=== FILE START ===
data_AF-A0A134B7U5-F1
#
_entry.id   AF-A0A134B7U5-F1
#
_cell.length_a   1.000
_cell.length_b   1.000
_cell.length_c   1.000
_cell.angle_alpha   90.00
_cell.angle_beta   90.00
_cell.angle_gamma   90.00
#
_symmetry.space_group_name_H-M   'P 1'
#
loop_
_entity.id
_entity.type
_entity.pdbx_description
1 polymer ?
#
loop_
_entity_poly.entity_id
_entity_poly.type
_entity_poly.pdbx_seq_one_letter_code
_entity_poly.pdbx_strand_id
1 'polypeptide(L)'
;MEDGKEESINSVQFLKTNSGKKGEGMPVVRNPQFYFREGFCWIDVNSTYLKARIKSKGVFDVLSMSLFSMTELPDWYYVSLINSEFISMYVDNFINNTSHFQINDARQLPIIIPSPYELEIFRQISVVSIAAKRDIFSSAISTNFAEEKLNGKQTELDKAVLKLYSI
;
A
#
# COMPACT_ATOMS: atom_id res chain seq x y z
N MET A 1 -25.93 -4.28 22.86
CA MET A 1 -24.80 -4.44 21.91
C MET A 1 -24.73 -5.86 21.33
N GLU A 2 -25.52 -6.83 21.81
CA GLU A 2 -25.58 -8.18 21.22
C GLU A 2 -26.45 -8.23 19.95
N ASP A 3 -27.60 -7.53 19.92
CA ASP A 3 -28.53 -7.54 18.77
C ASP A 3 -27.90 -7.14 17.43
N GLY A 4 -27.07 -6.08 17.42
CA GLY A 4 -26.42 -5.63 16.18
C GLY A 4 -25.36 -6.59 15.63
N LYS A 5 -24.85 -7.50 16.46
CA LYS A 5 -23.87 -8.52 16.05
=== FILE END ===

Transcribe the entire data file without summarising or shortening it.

data_AF-A0A134B7U5-F1
#
_entry.id   AF-A0A134B7U5-F1
#
_cell.length_a   1.000
_cell.length_b   1.000
_cell.length_c   1.000
_cell.angle_alpha   90.00
_cell.angle_beta   90.00
_cell.angle_gamma   90.00
#
_symmetry.space_group_name_H-M   'P 1'
#
loop_
_entity.id
_entity.type
_entity.pdbx_description
1 polymer ?
#
loop_
_entity_poly.entity_id
_entity_poly.type
_entity_poly.pdbx_seq_one_letter_code
_entity_poly.pdbx_strand_id
1 'polypeptide(L)'
;MEDGKEESINSVQFLKTNSGKKGEGMPVVRNPQFYFREGFCWIDVNSTYLKARIKSKGVFDVLSMSLFSMTELPDWYYVSLINSEFISMYVDNFINNTSHFQINDARQLPIIIPSPYELEIFRQISVVSIAAKRDIFSSAISTNFAEEKLNGKQTELDKAVLKLYSI
;
A
#
# COMPACT_ATOMS: atom_id res chain seq x y z
N MET A 1 -25.93 -4.28 22.86
CA MET A 1 -24.80 -4.44 21.91
C MET A 1 -24.73 -5.86 21.33
N GLU A 2 -25.52 -6.83 21.81
CA GLU A 2 -25.58 -8.18 21.22
C GLU A 2 -26.45 -8.23 19.95
N ASP A 3 -27.60 -7.53 19.92
CA ASP A 3 -28.53 -7.54 18.77
C ASP A 3 -27.90 -7.14 17.43
N GLY A 4 -27.07 -6.08 17.42
CA GLY A 4 -26.42 -5.63 16.18
C GLY A 4 -25.36 -6.59 15.63
N LYS A 5 -24.85 -7.50 16.46
CA LYS A 5 -23.87 -8.52 16.05